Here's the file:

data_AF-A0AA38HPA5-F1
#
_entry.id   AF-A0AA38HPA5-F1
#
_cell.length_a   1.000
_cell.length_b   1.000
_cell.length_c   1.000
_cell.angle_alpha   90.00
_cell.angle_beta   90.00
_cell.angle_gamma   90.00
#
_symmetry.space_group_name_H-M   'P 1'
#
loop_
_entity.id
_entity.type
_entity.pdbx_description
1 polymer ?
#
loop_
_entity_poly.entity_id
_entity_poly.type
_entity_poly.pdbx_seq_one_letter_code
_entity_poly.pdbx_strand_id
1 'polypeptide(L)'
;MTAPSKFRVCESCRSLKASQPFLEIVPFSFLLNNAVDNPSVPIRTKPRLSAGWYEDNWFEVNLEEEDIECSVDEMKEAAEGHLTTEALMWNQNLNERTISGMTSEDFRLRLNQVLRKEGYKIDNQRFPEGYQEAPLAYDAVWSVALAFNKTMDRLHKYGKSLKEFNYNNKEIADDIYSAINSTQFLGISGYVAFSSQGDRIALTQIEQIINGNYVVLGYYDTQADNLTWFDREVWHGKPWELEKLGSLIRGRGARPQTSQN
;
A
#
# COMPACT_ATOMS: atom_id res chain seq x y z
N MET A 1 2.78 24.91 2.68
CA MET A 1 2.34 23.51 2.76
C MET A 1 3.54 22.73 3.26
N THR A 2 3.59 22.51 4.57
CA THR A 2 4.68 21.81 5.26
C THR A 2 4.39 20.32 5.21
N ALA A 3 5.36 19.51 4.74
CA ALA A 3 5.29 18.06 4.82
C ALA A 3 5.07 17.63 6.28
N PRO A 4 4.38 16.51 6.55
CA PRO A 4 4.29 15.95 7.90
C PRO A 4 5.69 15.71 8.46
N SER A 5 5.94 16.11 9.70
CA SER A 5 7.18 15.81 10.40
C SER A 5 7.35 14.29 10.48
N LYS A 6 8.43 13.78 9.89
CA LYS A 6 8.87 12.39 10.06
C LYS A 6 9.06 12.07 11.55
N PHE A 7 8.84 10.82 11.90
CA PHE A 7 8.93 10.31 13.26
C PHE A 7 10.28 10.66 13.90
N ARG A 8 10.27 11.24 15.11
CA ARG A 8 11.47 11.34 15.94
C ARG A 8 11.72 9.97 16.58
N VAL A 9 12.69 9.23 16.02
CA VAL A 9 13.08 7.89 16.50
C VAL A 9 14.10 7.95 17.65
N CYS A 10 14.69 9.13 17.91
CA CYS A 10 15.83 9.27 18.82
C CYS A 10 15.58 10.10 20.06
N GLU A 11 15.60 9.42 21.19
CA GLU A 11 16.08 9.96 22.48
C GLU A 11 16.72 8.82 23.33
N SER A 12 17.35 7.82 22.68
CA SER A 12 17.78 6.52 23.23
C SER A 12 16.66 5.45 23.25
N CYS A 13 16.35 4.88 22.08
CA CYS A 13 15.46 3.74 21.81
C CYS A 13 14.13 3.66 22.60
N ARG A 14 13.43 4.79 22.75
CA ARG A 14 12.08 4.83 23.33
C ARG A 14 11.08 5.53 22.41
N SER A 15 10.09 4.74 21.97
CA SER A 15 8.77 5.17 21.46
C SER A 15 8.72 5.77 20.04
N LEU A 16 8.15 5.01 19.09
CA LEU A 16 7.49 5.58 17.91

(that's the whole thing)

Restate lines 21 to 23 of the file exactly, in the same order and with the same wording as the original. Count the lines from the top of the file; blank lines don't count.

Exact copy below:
_entity_poly.entity_id
_entity_poly.type
_entity_poly.pdbx_seq_one_letter_code